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LSO-019 Effect of air pollutant exposure on disease activity of systemic lupus erythematous: a prospective longitudinal study from Korea
  1. Ji-Hyoun Kang1,
  2. Sung-Eun Choi1,
  3. Dong-Jin Park1,
  4. Han Joo Baek2,
  5. Hyo-Jin Choi2,
  6. Jae Hyun Jung3 and
  7. Shin-Seok Lee1
  1. 1Division of Rheumatology, Department of Internal Medicine, Chonnam National University Medical School and Hospital, Republic of Korea
  2. 2Division of Rheumatology, Department of Internal Medicine, Gil Medical Center, Republic of Korea
  3. 3Division of Rheumatology, Department of Internal Medicine, Korea University Ansan Hospital, Republic of Korea


Background Exposure to air pollutants is associated with an increased risk of pulmonary and cardiovascular disease and death. Because few studies have investigated the effects of air pollution on systemic lupus erythematosus (SLE), we investigated the association between exposure to air pollutants, including particulate matter (PM), and disease activity over 1 year in a prospective, longitudinal cohort of Korean patients with SLE.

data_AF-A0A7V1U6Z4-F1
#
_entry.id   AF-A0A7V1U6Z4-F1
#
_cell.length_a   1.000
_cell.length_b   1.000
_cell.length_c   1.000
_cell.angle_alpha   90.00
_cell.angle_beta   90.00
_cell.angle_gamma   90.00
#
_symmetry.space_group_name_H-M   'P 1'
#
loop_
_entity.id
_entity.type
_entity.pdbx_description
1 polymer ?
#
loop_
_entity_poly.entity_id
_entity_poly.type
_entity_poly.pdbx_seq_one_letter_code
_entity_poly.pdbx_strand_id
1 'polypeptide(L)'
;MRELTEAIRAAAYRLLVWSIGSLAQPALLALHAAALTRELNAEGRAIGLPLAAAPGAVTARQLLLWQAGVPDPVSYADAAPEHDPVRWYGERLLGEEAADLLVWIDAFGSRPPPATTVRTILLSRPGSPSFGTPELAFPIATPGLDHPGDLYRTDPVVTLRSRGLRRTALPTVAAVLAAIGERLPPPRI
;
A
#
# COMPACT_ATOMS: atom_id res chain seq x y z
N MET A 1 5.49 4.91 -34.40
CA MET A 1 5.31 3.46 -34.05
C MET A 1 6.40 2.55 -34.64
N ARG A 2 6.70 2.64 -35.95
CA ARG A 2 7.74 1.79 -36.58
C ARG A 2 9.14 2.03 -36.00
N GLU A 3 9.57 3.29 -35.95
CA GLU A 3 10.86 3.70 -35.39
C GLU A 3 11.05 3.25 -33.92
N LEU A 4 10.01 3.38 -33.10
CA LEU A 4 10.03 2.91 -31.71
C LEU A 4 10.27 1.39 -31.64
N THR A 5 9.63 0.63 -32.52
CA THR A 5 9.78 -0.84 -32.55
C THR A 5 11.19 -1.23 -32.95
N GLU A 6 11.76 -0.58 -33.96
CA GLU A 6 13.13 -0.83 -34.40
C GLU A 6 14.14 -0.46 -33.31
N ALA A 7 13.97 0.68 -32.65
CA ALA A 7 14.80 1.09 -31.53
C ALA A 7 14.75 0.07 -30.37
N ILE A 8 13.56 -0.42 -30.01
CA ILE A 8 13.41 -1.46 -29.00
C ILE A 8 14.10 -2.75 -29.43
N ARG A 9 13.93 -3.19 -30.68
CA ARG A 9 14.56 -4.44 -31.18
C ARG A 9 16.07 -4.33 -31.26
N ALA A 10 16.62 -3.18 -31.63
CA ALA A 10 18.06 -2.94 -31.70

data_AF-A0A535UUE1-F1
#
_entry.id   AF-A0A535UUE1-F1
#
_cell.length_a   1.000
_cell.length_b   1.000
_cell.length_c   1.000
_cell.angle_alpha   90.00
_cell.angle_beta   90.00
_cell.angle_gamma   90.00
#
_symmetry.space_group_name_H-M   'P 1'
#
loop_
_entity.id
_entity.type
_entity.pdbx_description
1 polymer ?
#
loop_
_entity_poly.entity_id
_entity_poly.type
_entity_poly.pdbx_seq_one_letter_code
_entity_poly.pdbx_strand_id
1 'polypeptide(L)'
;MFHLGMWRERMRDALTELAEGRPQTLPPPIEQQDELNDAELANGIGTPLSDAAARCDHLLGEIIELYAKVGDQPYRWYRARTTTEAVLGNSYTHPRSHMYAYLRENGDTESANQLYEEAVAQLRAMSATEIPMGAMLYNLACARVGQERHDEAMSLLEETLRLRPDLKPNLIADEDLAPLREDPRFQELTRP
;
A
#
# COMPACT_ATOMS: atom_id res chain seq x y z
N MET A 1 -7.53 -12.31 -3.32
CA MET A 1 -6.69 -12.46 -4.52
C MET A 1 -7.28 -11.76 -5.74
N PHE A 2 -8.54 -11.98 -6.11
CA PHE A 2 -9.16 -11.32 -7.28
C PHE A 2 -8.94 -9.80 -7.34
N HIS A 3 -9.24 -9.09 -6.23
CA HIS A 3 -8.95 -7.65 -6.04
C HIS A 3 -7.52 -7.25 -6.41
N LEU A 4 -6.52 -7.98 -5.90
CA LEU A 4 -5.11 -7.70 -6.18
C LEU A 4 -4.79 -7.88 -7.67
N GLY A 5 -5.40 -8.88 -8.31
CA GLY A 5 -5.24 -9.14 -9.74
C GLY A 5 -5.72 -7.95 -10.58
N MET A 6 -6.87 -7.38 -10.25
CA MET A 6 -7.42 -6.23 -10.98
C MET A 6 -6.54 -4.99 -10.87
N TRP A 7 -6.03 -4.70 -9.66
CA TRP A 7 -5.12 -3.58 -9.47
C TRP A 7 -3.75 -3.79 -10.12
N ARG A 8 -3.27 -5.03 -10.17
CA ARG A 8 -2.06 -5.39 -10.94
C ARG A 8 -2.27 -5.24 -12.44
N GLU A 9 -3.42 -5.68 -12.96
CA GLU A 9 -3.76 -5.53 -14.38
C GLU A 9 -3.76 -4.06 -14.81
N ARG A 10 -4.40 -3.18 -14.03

Methods The study enrolled 386 patients from three metropolitan regions in Korea. The daily average PM10, PM2.5, NO2, CO, SO2, and O3 concentrations were measured using portable air quality monitors and data from the National Ambient Air Monitoring System. Disease activity was evaluated using the SLE Disease Activity Index 2000 (SLEDAI-2K) and Physician Global Assessment (PGA), every 3 months for 1 year. Lupus flares, a damage index, and 36-Item Short Form Health Survey (SF-36) scores were also assessed. A generalized estimating equation was used to evaluate the impact of air pollutants on clinical outcomes, including disease activity.

Results Changes in PM10 and PM2.5 were significantly associated with changes in SLEDAI-2K scores of > 8 over 1 year in SLE patients (β = 0.097, 95% confidence interval [CI]: 0.048–0.146, p < 0.001; β = 0.100, 95% CI: 0.054–0.146, p < 0.001, respectively). Changes in PM10 and PM2.5 were also significantly associated with the development of lupus flares (β = 1.603, 95% CI: 1.067–2.408, p = 0.023; β = 1.777, 95% CI: 1.048–3.011, p = 0.033, respectively). However, there were no significant associations between the changes in NO2, CO, SO2, and O3 and lupus activity.

Conclusions In this study, PM10 and PM2.5 exposure increased disease activity and the risk of lupus flares in SLE patients living in metropolitan regions.

  • particulate matter
  • disease activity
  • flare

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